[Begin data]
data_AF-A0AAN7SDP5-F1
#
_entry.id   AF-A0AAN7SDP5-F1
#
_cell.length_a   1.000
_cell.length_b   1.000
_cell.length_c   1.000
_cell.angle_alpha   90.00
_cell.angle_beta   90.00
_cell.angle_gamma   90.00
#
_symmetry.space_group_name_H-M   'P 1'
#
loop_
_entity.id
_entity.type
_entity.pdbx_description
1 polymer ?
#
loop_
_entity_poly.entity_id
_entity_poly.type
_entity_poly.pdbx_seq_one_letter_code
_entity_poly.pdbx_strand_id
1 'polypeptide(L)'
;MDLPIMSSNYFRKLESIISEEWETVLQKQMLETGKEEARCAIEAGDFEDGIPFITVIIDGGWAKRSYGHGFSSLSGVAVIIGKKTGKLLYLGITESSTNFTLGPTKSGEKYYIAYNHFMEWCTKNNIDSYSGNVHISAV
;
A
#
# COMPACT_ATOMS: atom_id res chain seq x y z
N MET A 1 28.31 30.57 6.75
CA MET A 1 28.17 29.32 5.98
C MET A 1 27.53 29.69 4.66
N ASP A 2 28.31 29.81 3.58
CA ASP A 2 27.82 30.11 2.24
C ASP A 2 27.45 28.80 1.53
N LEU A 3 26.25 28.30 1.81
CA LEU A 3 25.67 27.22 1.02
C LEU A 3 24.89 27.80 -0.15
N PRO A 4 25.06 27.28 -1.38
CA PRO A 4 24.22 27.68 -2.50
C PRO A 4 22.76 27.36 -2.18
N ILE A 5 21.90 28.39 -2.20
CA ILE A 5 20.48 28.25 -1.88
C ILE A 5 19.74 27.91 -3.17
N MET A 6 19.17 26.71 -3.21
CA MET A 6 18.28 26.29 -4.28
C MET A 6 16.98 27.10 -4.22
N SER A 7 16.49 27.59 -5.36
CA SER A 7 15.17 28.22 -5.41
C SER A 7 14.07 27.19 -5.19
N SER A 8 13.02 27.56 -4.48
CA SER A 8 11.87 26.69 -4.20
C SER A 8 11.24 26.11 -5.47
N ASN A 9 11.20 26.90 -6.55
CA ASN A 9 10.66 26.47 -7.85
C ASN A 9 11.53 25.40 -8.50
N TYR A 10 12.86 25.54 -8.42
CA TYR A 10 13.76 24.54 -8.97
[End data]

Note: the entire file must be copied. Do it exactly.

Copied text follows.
data_AF-A0AAN7SDP5-F1
#
_entry.id   AF-A0AAN7SDP5-F1
#
_cell.length_a   1.000
_cell.length_b   1.000
_cell.length_c   1.000
_cell.angle_alpha   90.00
_cell.angle_beta   90.00
_cell.angle_gamma   90.00
#
_symmetry.space_group_name_H-M   'P 1'
#
loop_
_entity.id
_entity.type
_entity.pdbx_description
1 polymer ?
#
loop_
_entity_poly.entity_id
_entity_poly.type
_entity_poly.pdbx_seq_one_letter_code
_entity_poly.pdbx_strand_id
1 'polypeptide(L)'
;MDLPIMSSNYFRKLESIISEEWETVLQKQMLETGKEEARCAIEAGDFEDGIPFITVIIDGGWAKRSYGHGFSSLSGVAVIIGKKTGKLLYLGITESSTNFTLGPTKSGEKYYIAYNHFMEWCTKNNIDSYSGNVHISAV
;
A
#
# COMPACT_ATOMS: atom_id res chain seq x y z
N MET A 1 28.31 30.57 6.75
CA MET A 1 28.17 29.32 5.98
C MET A 1 27.53 29.69 4.66
N ASP A 2 28.31 29.81 3.58
CA ASP A 2 27.82 30.11 2.24
C ASP A 2 27.45 28.80 1.53
N LEU A 3 26.25 28.30 1.81
CA LEU A 3 25.67 27.22 1.02
C LEU A 3 24.89 27.80 -0.15
N PRO A 4 25.06 27.28 -1.38
CA PRO A 4 24.22 27.68 -2.50
C PRO A 4 22.76 27.36 -2.18
N ILE A 5 21.90 28.39 -2.20
CA ILE A 5 20.48 28.25 -1.88
C ILE A 5 19.74 27.91 -3.17
N MET A 6 19.17 26.71 -3.21
CA MET A 6 18.28 26.29 -4.28
C MET A 6 16.98 27.10 -4.22
N SER A 7 16.49 27.59 -5.36
CA SER A 7 15.17 28.22 -5.41
C SER A 7 14.07 27.19 -5.19
N SER A 8 13.02 27.56 -4.48
CA SER A 8 11.87 26.69 -4.20
C SER A 8 11.24 26.11 -5.47
N ASN A 9 11.20 26.90 -6.55
CA ASN A 9 10.66 26.47 -7.85
C ASN A 9 11.53 25.40 -8.50
N TYR A 10 12.86 25.54 -8.42
CA TYR A 10 13.76 24.54 -8.97